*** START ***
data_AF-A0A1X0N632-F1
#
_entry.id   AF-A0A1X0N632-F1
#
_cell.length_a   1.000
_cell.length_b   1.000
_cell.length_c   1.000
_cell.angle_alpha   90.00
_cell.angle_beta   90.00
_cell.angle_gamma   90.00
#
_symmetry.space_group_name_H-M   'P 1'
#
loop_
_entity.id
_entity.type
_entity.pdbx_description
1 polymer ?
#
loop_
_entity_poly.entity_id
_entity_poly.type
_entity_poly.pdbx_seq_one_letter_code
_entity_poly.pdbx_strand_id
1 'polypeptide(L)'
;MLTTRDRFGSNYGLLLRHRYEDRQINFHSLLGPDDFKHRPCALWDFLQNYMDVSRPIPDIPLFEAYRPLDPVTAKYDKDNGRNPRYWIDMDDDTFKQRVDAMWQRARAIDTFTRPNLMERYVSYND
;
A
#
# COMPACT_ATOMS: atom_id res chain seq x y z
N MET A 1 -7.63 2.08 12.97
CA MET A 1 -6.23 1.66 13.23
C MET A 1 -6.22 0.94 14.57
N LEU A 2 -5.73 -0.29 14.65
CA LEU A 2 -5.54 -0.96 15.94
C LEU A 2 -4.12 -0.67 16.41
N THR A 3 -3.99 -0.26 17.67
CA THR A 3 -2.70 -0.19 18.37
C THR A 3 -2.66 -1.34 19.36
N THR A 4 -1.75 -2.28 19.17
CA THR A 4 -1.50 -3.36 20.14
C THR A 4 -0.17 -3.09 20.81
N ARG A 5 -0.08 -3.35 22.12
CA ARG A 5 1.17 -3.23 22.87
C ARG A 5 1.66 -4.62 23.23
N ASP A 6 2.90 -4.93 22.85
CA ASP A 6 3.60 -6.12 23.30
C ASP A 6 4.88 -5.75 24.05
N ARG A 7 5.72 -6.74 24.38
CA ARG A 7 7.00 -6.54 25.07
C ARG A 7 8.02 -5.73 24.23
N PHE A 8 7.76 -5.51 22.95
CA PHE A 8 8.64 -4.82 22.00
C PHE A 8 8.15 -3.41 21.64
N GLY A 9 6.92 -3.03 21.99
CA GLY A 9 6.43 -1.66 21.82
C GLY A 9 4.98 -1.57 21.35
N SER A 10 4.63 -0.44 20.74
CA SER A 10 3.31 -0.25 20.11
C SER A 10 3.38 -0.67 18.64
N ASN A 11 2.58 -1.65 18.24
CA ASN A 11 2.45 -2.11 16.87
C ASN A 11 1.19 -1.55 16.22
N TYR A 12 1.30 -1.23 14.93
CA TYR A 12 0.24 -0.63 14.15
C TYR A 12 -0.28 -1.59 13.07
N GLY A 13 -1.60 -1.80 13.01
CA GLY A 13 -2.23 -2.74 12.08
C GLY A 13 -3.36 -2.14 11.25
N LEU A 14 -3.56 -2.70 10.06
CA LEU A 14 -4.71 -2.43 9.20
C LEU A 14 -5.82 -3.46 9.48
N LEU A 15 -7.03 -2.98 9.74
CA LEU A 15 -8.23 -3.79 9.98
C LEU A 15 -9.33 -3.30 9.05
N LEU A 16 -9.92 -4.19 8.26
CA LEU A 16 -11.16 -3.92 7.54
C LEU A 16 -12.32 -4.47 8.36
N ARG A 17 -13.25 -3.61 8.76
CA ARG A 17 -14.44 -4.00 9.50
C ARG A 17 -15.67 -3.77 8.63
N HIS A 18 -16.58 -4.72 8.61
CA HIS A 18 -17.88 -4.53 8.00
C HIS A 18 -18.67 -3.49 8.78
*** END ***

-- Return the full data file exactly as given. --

data_AF-A0A1X0N632-F1
#
_entry.id   AF-A0A1X0N632-F1
#
_cell.length_a   1.000
_cell.length_b   1.000
_cell.length_c   1.000
_cell.angle_alpha   90.00
_cell.angle_beta   90.00
_cell.angle_gamma   90.00
#
_symmetry.space_group_name_H-M   'P 1'
#
loop_
_entity.id
_entity.type
_entity.pdbx_description
1 polymer ?
#
loop_
_entity_poly.entity_id
_entity_poly.type
_entity_poly.pdbx_seq_one_letter_code
_entity_poly.pdbx_strand_id
1 'polypeptide(L)'
;MLTTRDRFGSNYGLLLRHRYEDRQINFHSLLGPDDFKHRPCALWDFLQNYMDVSRPIPDIPLFEAYRPLDPVTAKYDKDNGRNPRYWIDMDDDTFKQRVDAMWQRARAIDTFTRPNLMERYVSYND
;
A
#
# COMPACT_ATOMS: atom_id res chain seq x y z
N MET A 1 -7.63 2.08 12.97
CA MET A 1 -6.23 1.66 13.23
C MET A 1 -6.22 0.94 14.57
N LEU A 2 -5.73 -0.29 14.65
CA LEU A 2 -5.54 -0.96 15.94
C LEU A 2 -4.12 -0.67 16.41
N THR A 3 -3.99 -0.26 17.67
CA THR A 3 -2.70 -0.19 18.37
C THR A 3 -2.66 -1.34 19.36
N THR A 4 -1.75 -2.28 19.17
CA THR A 4 -1.50 -3.36 20.14
C THR A 4 -0.17 -3.09 20.81
N ARG A 5 -0.08 -3.35 22.12
CA ARG A 5 1.17 -3.23 22.87
C ARG A 5 1.66 -4.62 23.23
N ASP A 6 2.90 -4.93 22.85
CA ASP A 6 3.60 -6.12 23.30
C ASP A 6 4.88 -5.75 24.05
N ARG A 7 5.72 -6.74 24.38
CA ARG A 7 7.00 -6.54 25.07
C ARG A 7 8.02 -5.73 24.23
N PHE A 8 7.76 -5.51 22.95
CA PHE A 8 8.64 -4.82 22.00
C PHE A 8 8.15 -3.41 21.64
N GLY A 9 6.92 -3.03 21.99
CA GLY A 9 6.43 -1.66 21.82
C GLY A 9 4.98 -1.57 21.35
N SER A 10 4.63 -0.44 20.74
CA SER A 10 3.31 -0.25 20.11
C SER A 10 3.38 -0.67 18.64
N ASN A 11 2.58 -1.65 18.24
CA ASN A 11 2.45 -2.11 16.87
C ASN A 11 1.19 -1.55 16.22
N TYR A 12 1.30 -1.23 14.93
CA TYR A 12 0.24 -0.63 14.15
C TYR A 12 -0.28 -1.59 13.07
N GLY A 13 -1.60 -1.80 13.01
CA GLY A 13 -2.23 -2.74 12.08
C GLY A 13 -3.36 -2.14 11.25
N LEU A 14 -3.56 -2.70 10.06
CA LEU A 14 -4.71 -2.43 9.20
C LEU A 14 -5.82 -3.46 9.48
N LEU A 15 -7.03 -2.98 9.74
CA LEU A 15 -8.23 -3.79 9.98
C LEU A 15 -9.33 -3.30 9.05
N LEU A 16 -9.92 -4.19 8.26
CA LEU A 16 -11.16 -3.92 7.54
C LEU A 16 -12.32 -4.47 8.36
N ARG A 17 -13.25 -3.61 8.76
CA ARG A 17 -14.44 -4.00 9.50
C ARG A 17 -15.67 -3.77 8.63
N HIS A 18 -16.58 -4.72 8.61
CA HIS A 18 -17.88 -4.53 8.00
C HIS A 18 -18.67 -3.49 8.78